UCSF’s Institute for Computational Health Sciences (ICHS), headed by Atul Butte, is the cornerstone of UCSF’s efforts to harness the power of “big data.” ICHS is charged with ensuring that all UCSF faculty, staff and trainees receive sufficient education in computer science technology, giving them the knowledge and understanding to query and analyze quantitative information.

ICHS is also responsible for building the capabilities and infrastructure for collecting, connecting and analyzing research findings and individual health data to help researchers and clinicians glean new insights about biological processes, their impacts on health and disease, and the discovery of effective treatments and cures.

The institute seeks to inspire a culture shift that encourages researchers to think of data as a “recyclable” resource. Information that is painstakingly gathered but doesn’t apply to a top-level finding, or even collected with no specific end-use, may find great value when combined with other data. In addition, data are “renewable,” accessible repeatedly without being altered or used up. ICHS is charged with the task of building tools that can crunch data old and new to find new patterns and insights that ultimately lead to more effective research and to more predictive, preventative, and precise health care.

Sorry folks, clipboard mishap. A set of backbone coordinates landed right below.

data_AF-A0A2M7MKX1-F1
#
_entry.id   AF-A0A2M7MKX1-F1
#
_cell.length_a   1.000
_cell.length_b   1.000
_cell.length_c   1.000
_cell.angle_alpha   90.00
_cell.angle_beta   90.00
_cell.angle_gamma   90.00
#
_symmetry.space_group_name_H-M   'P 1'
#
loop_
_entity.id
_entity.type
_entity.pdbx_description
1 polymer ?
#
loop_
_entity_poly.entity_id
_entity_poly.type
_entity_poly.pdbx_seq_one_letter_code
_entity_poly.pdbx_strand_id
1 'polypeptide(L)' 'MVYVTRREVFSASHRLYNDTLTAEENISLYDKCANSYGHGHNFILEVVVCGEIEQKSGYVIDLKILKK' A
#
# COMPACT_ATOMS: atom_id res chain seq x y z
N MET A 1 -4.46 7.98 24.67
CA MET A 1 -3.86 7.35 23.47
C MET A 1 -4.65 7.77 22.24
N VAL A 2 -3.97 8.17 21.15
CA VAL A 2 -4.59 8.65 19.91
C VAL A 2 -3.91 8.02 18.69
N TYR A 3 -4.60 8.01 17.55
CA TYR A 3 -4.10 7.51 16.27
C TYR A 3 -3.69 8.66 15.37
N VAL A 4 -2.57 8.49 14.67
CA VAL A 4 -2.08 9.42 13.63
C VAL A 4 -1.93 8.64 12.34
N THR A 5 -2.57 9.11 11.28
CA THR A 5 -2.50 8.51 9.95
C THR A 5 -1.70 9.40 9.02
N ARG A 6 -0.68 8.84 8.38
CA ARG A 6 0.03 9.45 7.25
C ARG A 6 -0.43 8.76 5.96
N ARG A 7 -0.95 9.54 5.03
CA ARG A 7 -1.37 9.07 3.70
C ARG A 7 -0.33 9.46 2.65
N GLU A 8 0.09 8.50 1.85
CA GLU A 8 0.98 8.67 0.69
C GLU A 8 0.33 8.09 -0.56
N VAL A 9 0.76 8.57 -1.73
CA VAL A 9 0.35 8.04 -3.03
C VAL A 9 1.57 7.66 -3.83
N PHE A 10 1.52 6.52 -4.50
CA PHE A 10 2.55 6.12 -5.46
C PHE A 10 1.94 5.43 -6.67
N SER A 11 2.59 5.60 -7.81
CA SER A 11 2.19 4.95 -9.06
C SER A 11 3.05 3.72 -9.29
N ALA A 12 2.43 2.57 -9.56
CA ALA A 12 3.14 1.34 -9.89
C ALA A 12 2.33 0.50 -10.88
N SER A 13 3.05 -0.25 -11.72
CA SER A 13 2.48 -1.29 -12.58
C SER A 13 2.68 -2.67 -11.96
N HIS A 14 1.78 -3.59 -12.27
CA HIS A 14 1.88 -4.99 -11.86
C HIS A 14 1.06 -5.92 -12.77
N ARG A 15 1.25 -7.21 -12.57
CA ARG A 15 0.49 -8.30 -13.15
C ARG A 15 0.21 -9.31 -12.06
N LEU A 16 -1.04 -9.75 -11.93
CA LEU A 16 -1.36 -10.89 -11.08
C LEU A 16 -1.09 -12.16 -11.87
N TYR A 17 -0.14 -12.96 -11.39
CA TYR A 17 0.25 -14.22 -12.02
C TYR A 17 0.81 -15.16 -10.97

For information on ICHS upcoming events please visit them here.

Current Projects

  • UC Electronic Health Records
    As executive director of clinical informatics for UC Health, Dr. Butte is leading efforts to build computational infrastructure to link electronic health records (EHRs) and other data from the 13.6 million patient records across the five UC medical centers. This initiative will power transformative, data-driven advances in care; accelerate discovery; and improve health for Californians and beyond.
  • High-Performance Computing
    ICHS is integrating cooperative computing facilities dispersed among clusters and within individual faculty research groups. The resulting coordination of infrastructure and capabilities will enable researchers to better acquire, analyze, store and use large data sets.
  • ICHS is developing and will provide educational resources for UCSF trainees, researchers, physicians and staff to access, manage, analyze, and use “big data” such as the integrated EHR, as well as other computational tools and resources.
  • ImmPort
    The Immunology and Data Analysis Portal, a NIAID-funded repository of clinical trial data, aims to integrate relevant data sets and accelerate the pace of discovery.